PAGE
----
"Like my granddad said to me before I left - 'say hello to Shirley Bassey'.
"And you know what, it's really nice to be proud to be British for once - you see lots of Americans with flags but not usually us."
Those without tickets have gathered on The Mall nearby where, despite room becoming tight, the atmosphere remained persistently polite and good-natured.
Paul Spencer, 42, an electrician from Shropshire, said he wanted his two sons, Daniel, five, and Jamie, three to know their country's history.
"They probably won't see this again in their lifetime," he added.
Flagsellers on The Mall, meanwhile, have complained of disappointing sales.
"We definitely haven't sold as many as the last royal celebration - probably because all the papers are giving them away. We can only try."
Monday's celebrations follow Sunday's spectacular River Thames pageant which attracted hundreds of thousands of rain-soaked people to watch the flotilla of 1,000 vessels as street parties took place across the country.
Met Police Commissioner Bernard Hogan-Howe said there had been "absolutely no problems".
"It seems to have gone really well - we had one-and-a half-million people out yesterday and made just 10 arrests so that is not bad," he added.
Thousands of people are expected in central London later to watch the concert on the big screens, which are also located in St James's Park, Hyde Park and Trafalgar Square.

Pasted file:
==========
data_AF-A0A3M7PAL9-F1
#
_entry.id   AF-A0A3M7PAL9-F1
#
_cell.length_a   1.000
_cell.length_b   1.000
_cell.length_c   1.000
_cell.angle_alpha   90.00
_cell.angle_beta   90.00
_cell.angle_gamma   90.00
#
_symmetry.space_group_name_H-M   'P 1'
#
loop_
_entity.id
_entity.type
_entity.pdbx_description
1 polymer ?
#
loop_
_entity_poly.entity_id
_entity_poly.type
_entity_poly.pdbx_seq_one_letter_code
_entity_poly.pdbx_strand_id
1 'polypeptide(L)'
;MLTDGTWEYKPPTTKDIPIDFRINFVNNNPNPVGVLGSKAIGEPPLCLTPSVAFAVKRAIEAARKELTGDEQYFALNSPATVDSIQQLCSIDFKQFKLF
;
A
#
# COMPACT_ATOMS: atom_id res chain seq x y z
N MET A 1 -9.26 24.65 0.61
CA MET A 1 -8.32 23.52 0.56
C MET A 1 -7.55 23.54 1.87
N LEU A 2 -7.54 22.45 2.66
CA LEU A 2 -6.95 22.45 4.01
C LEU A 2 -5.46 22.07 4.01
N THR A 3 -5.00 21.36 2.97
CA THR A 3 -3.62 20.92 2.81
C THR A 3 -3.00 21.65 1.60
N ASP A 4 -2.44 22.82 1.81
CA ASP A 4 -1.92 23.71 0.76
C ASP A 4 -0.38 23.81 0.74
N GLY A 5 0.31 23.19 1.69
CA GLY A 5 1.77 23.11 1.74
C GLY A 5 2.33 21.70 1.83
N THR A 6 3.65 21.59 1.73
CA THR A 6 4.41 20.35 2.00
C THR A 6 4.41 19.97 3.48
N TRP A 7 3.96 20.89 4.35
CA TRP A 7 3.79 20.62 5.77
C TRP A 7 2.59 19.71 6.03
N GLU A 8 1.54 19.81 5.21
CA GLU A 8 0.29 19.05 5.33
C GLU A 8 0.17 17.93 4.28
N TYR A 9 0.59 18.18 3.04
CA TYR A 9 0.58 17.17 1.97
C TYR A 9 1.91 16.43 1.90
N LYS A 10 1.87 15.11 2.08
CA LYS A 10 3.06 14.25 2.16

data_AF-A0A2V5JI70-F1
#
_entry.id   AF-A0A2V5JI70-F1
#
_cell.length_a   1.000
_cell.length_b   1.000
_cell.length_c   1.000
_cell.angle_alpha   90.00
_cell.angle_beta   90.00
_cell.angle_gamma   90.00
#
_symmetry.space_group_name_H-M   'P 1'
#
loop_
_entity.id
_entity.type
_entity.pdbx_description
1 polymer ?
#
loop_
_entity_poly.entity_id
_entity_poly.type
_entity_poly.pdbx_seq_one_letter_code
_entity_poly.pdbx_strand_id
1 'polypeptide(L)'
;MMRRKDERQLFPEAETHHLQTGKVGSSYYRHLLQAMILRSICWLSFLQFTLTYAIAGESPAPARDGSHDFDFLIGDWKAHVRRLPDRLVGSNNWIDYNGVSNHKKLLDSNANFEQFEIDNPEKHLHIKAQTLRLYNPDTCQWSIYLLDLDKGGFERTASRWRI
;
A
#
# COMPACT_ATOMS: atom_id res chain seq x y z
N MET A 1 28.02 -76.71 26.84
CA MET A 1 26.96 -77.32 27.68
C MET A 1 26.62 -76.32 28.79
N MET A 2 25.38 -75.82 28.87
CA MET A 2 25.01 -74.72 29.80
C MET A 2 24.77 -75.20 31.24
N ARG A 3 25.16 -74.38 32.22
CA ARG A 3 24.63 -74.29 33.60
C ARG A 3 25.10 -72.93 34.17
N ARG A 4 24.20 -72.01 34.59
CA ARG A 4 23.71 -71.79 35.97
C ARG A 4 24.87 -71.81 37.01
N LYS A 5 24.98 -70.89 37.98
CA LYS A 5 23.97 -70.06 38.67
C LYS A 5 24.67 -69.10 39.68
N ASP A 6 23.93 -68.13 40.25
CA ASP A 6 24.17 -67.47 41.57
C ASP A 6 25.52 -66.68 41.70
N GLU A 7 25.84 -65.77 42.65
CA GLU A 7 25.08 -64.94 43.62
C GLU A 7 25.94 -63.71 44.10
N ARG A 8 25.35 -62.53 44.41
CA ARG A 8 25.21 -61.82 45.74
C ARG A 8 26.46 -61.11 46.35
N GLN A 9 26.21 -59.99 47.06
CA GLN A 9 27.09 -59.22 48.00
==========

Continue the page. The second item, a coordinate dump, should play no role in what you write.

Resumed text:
The Prince of Wales, Duke and Duchess of Cambridge and Prince Harry will join the Queen at the concert.
Watch the concert
See the Diamond Jubilee concert on the iPlayer (in the UK only) on Monday, from 19:30BST
It will feature a song - sung by 200 people from around the Commonwealth - co-written for the occasion by Gary Barlow and Lord Lloyd Webber.
At the Golden Jubilee concert in 2002 Queen guitarist Brian May played the National Anthem on the roof of Buckingham Palace - this year pop veterans Madness will perform Our House atop the palace.
After the musical tribute, the Queen will greet the crowds and she is scheduled to place a crystal glass diamond into a special pod, triggering the lighting of one of the last beacon in The Mall.
Beacons have also been placed on the battlements of the Tower of London, and at St James's Palace, Lambeth Palace, Windsor Castle, Sandringham, Balmoral and Holyrood House and on Hadrian's Wall.
And the highest peaks of the UK's four nations - Ben Nevis, Snowdon, Scafell Pike and Slieve Donard - will be lit up by teams from four charities.
The hotel in Kenya where the Queen was told in 1952 of her father George VI's death will also light a beacon.
The evening will end with a firework display.
- The Diamond Jubilee Concert will be shown on BBC big screens in 22 towns and cities throughout the UK. Find your nearest screening here.
- It will also be streamed live on the BBC iPlayer for viewers in the UK
See all the latest Diamond Jubilee news and features at bbc.co.uk/diamondjubilee